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On October 12, 2006, at 1216 eastern daylight time, a Beech BE-200, N528WG, was substantially damaged while landing at St. Mary's County Regional Airport (2W6), Leonardtown, Maryland. The certificated airline transport pilot, the certificated commercial pilot, and the systems operator were not injured. Day visual meteorological conditions prevailed, and no flight plan was filed for the local test flight conducted under 14 Code of Federal Regulations Part 91.
According to the pilot, the airplane departed 2W6 to conduct a flight test in the Patuxent River restricted area at approximately 1115. After approximately 1 hour, they returned to 2W6 for a landing.
After entering the traffic pattern for runway 29, the flight crew completed the descent and before landing checklists. The checklists included verifying the landing gear position by visual observation of the landing gear indicator lights, which indicated "three green lights" and no "in-transit" lights. This was also reported over the intercom system to the systems operator, who was seated at his station in the cabin.
After flying the approach to runway 29, the airplane landed on the main gear in a "firm but normal" landing. The airplane touched down approximately 1,200 feet down the runway and within 4 to 5 feet to the right of the runway centerline. Immediately after touchdown, the pilots heard the landing gear warning horn sound intermittently for several seconds, and the right wing began to "drop." The airplane then veered to the right, so the pilot took over the flight controls and attempted to stop the right wing from dropping, but the right propeller struck the runway.
The pilot then moved both fuel condition levers to cutoff, and closed both firewall shutoff valves. The airplane continued to veer right, and the right wing contacted the unimproved grassy area to the right of the pavement, slowing the airplane to a stop. Moments later, the systems operator reported "fire right side," and all three crew members evacuated out of the main cabin door after securing the airplane.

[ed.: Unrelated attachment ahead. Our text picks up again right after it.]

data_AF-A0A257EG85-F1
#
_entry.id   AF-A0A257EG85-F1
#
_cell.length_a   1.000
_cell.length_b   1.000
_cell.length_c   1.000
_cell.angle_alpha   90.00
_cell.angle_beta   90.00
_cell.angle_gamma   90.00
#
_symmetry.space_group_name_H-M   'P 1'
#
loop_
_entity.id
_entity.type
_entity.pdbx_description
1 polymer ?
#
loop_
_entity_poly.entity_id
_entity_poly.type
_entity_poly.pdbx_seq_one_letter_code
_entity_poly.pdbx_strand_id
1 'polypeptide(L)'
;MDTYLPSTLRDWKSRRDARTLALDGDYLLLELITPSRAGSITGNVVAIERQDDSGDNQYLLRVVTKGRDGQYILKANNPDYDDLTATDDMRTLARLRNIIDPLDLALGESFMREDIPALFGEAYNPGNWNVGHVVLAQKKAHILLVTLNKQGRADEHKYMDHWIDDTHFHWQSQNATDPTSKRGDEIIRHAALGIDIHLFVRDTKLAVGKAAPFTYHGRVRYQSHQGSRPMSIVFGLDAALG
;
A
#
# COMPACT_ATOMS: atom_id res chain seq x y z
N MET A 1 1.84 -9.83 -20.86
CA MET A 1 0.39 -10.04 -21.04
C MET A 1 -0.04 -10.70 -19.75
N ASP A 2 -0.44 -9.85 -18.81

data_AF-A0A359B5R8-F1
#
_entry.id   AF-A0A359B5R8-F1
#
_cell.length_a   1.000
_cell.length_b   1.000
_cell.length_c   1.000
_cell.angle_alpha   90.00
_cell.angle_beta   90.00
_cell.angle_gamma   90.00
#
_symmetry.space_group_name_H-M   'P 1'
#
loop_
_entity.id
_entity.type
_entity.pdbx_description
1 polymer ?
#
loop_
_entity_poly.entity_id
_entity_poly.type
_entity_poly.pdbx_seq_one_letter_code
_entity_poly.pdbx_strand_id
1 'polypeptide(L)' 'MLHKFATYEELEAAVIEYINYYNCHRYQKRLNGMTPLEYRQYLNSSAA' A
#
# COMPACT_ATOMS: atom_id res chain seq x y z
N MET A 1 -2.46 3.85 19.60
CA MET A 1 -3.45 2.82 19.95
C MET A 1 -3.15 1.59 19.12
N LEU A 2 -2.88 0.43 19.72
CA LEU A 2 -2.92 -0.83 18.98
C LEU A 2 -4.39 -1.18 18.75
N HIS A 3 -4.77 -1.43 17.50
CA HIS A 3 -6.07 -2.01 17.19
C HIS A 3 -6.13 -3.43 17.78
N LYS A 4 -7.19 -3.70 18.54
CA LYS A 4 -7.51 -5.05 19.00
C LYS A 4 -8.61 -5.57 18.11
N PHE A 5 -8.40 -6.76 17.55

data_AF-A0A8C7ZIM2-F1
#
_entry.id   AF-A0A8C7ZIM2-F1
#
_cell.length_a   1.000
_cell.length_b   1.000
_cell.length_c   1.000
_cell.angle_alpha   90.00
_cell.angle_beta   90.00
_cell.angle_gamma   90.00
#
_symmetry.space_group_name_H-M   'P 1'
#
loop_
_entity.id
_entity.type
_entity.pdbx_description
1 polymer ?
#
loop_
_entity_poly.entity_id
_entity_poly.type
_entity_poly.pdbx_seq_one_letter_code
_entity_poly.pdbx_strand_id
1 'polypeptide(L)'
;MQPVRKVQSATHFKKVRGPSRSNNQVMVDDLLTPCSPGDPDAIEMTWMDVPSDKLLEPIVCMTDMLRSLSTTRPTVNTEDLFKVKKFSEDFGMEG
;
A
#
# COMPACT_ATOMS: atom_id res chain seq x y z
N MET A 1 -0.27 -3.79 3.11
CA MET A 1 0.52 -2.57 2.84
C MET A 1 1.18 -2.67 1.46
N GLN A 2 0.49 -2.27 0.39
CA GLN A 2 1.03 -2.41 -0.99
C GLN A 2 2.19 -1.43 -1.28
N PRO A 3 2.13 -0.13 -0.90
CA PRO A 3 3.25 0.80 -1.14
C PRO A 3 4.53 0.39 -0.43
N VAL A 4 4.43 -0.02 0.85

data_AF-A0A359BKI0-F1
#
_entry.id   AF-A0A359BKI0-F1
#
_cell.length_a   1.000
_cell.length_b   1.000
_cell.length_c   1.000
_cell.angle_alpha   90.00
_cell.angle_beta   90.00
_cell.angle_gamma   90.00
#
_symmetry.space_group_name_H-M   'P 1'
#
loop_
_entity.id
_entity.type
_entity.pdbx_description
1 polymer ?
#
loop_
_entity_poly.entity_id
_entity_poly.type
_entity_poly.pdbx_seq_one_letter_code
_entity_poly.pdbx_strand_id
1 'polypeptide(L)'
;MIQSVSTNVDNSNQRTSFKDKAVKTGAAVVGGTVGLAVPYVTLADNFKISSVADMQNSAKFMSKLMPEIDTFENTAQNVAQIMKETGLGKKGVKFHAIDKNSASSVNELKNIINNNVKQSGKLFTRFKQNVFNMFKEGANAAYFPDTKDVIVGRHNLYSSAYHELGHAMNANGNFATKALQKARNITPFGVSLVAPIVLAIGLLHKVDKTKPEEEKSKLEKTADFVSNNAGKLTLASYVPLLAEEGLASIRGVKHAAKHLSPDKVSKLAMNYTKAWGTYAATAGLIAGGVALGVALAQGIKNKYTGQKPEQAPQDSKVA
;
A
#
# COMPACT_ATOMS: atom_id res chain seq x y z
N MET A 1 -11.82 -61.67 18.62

According to Federal Aviation Administration (FAA) records, the pilot held an airline transport pilot certificate with ratings for airplane single and multi-engine land, and a type rating for the BE-200. He reported a total flight time of 7,140 hours, with 6,010 hours in multi-engine airplanes and 900 hours in the BE-200. His most recent FAA second-class medical certificate was issued on March 10, 2006.
According to FAA records, the copilot held a commercial pilot certificate with ratings for airplane single engine land, multi-engine land, and instrument airplane. He reported a total flight time of 1,100 hours, with 110 hours in multi-engine airplanes and 59 hours in the BE-200. His most recent FAA second-class medical certificate was issued on August 24, 2006.
According to FAA and maintenance records, the airplane was a twin-engine, pressurized turbo-prop, manufactured in 1979. It was licensed in the experimental category and was used for research and development by the operator.
The airplane's most recent continuous airworthiness inspection was completed on March 31, 2006, and at that time, the airplane had accumulated 11,077 total hours of operation.
A weather observation taken at Patuxent River Naval Air Station (NHK), Patuxent River, Maryland, approximately 8 nautical miles east of the accident site, at 1200, included winds from 260 degrees at 6 knots, 7 miles visibility, scattered clouds at 1,500 feet, a broken ceiling at 3,000 feet, temperature 70 degrees Fahrenheit, dew point 57 degrees Fahrenheit, and an altimeter setting of 29.62 inches of mercury.
St. Mary's County Regional Airport was a public use airport. It had one runway, oriented in an 11/29 configuration. The runway was asphalt, in good condition, and was 4,150 feet long by 75 feet wide.
WRECKAGE AND IMPACT INFORMATION